Sick of clutter? Why we can’t seem to get rid of it…

A busy mom and business owner, Julie Holmer has helped mobilize thousands of people for political issues in Plano. But, when it comes to managing clutter in her home, she’s paralyzed.”If I walk into a messy room, I don’t know where to begin,” she said.It wasn’t until she was diagnosed with attention deficit hyperactivity disorder as an adult that she realized her clutter issues might relate to how her brain is wired. Like many with ADHD, she’s easily distracted, and that derails efforts to

A busy mom and business owner, Julie Holmer has helped mobilize thousands of people for political issues in Plano. But, when it comes to managing clutter in her home, she’s paralyzed.
"If I walk into a messy room, I don’t know where to begin," she said.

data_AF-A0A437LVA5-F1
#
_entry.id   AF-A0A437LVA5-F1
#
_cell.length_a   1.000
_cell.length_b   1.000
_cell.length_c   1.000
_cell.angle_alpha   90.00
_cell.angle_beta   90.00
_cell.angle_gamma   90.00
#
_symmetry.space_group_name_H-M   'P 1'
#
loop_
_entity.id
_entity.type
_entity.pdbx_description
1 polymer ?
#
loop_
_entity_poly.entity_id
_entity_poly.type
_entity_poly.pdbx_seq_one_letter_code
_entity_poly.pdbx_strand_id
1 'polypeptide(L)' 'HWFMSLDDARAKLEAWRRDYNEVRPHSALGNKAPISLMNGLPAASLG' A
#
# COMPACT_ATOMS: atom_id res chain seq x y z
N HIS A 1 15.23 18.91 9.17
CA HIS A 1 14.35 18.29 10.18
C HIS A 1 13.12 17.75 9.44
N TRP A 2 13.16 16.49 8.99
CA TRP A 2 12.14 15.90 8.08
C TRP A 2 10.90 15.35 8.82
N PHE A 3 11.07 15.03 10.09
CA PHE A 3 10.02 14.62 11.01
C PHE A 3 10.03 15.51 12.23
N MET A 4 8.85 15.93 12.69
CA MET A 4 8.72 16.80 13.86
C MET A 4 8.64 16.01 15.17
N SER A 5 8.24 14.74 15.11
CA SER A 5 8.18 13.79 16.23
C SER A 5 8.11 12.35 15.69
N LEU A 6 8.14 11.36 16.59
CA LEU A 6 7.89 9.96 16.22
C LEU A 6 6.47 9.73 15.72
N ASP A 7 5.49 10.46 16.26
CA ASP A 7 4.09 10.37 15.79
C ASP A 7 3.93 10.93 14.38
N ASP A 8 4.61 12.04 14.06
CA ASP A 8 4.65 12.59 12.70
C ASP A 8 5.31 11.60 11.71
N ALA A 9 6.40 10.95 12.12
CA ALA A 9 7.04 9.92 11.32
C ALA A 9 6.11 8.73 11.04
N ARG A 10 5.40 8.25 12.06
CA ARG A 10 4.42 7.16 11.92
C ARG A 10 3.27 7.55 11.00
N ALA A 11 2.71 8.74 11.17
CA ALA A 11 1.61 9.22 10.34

It wasn’t until she was diagnosed with attention deficit hyperactivity disorder as an adult that she realized her clutter issues might relate to how her brain is wired. Like many with ADHD, she’s easily distracted, and that derails efforts to declutter.
"If I’m cleaning my office, I’ll come across a bill that needs paid, so I’ll sit down at my computer to pay the bill, then some emails pop up, and soon I’ve lost track of what I was doing," she said.
Julie Holmer says her efforts to declutter can be quickly derailed!
Holmer’s not alone. A growing body of brain research offers insights into why some people quickly fall adrift in too much stuff, while others seem to handle clutter effortlessly — and why too much clutter drives us crazy.
Brain scans in studies of people with hoarding disorder show specific patterns of "neural dysfunction" — clues to why they acquire too much stuff, get too emotionally attached to things, have trouble organizing their space and experience anxiety when they try to discard anything.
Read the rest of the article at:
https://www.dallasnews.com/life/better-living/2018/04/09/sick-clutter-whywe-cant-seem-get-rid